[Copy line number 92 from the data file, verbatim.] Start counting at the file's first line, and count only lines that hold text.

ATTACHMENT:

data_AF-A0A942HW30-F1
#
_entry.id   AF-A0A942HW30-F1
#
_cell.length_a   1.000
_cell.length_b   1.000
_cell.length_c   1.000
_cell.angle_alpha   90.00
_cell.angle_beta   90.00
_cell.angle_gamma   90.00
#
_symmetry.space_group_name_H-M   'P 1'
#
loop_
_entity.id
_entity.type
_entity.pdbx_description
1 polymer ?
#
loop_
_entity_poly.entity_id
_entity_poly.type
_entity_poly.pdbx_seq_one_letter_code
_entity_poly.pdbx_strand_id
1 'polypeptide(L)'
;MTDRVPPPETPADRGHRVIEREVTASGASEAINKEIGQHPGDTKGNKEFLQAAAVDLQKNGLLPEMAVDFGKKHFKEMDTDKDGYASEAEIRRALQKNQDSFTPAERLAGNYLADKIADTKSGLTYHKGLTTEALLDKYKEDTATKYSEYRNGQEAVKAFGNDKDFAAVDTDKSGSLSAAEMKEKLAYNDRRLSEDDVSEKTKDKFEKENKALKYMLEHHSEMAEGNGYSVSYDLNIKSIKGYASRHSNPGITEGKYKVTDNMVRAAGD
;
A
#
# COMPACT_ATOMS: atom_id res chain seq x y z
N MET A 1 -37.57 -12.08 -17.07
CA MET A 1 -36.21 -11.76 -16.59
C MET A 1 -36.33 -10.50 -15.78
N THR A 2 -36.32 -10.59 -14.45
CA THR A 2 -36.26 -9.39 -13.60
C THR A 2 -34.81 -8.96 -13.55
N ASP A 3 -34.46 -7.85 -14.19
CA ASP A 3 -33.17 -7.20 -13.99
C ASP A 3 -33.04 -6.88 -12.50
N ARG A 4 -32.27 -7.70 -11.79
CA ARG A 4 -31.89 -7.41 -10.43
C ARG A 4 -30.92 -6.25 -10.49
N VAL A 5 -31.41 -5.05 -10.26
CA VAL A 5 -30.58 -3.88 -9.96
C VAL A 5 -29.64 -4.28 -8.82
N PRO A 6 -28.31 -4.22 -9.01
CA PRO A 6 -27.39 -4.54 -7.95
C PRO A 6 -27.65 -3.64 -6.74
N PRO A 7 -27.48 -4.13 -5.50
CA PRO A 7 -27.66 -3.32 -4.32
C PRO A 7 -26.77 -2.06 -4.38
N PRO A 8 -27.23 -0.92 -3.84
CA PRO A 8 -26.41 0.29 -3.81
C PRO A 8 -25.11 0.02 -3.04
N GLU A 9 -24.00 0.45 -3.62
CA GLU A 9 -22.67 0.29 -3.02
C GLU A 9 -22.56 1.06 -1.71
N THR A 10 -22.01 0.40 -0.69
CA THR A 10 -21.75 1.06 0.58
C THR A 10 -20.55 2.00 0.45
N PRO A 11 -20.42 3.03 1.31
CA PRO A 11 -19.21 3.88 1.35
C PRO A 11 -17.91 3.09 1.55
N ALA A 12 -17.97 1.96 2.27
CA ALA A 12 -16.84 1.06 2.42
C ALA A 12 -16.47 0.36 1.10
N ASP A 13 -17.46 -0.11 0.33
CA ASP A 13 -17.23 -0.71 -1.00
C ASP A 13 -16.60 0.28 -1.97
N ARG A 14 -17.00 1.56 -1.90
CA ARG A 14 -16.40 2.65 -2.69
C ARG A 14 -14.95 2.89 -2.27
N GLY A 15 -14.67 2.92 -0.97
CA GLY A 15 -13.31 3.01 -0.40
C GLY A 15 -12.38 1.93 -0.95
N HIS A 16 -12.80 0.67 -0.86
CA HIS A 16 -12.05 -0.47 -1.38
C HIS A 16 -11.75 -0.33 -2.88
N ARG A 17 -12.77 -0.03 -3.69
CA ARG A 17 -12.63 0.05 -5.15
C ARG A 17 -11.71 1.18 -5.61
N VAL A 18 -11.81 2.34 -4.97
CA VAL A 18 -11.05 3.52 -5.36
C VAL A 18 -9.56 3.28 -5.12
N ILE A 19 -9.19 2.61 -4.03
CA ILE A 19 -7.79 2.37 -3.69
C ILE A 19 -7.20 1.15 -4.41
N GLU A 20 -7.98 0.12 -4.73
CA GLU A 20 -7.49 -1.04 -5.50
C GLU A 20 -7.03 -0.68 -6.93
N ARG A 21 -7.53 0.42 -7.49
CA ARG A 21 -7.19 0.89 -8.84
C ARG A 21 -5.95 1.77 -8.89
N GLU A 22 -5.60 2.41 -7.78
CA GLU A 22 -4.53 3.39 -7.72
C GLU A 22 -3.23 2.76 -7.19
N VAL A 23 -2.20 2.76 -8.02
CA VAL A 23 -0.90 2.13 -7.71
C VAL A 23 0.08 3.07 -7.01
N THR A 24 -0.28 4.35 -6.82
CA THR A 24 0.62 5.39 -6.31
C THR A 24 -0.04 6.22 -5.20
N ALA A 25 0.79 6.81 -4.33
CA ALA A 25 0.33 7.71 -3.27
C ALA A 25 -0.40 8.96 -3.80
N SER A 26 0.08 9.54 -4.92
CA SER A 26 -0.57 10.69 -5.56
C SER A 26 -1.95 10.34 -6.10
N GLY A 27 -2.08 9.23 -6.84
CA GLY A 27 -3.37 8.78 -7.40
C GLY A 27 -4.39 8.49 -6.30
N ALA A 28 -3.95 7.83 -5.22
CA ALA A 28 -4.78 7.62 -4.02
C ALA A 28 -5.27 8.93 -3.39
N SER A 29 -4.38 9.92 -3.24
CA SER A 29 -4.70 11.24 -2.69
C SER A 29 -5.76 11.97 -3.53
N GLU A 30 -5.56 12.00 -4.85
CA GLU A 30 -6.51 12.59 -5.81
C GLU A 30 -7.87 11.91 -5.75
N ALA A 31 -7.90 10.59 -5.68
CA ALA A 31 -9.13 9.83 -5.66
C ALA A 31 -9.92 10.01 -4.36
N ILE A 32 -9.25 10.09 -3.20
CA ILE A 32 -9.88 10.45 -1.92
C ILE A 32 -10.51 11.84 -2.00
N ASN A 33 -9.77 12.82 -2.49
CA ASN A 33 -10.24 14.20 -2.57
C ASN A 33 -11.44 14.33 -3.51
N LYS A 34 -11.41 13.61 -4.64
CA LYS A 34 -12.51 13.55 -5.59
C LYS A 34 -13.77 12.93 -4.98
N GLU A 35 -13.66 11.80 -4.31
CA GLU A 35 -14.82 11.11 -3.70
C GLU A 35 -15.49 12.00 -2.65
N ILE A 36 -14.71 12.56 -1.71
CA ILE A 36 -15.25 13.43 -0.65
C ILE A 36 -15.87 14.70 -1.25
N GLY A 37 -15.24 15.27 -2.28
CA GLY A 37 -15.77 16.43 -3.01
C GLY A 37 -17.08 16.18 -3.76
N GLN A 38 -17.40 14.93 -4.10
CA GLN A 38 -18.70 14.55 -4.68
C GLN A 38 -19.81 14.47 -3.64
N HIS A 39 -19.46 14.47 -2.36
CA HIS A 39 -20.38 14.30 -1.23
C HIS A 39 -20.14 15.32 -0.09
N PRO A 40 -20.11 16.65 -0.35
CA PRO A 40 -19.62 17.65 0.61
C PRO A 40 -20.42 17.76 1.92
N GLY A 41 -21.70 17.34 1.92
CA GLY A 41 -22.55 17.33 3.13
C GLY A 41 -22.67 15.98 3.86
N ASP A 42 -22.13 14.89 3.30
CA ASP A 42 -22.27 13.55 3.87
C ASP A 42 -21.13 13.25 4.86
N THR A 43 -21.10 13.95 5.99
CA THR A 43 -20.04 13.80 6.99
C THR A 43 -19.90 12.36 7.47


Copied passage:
CA ARG A 21 -7.19 0.89 -8.84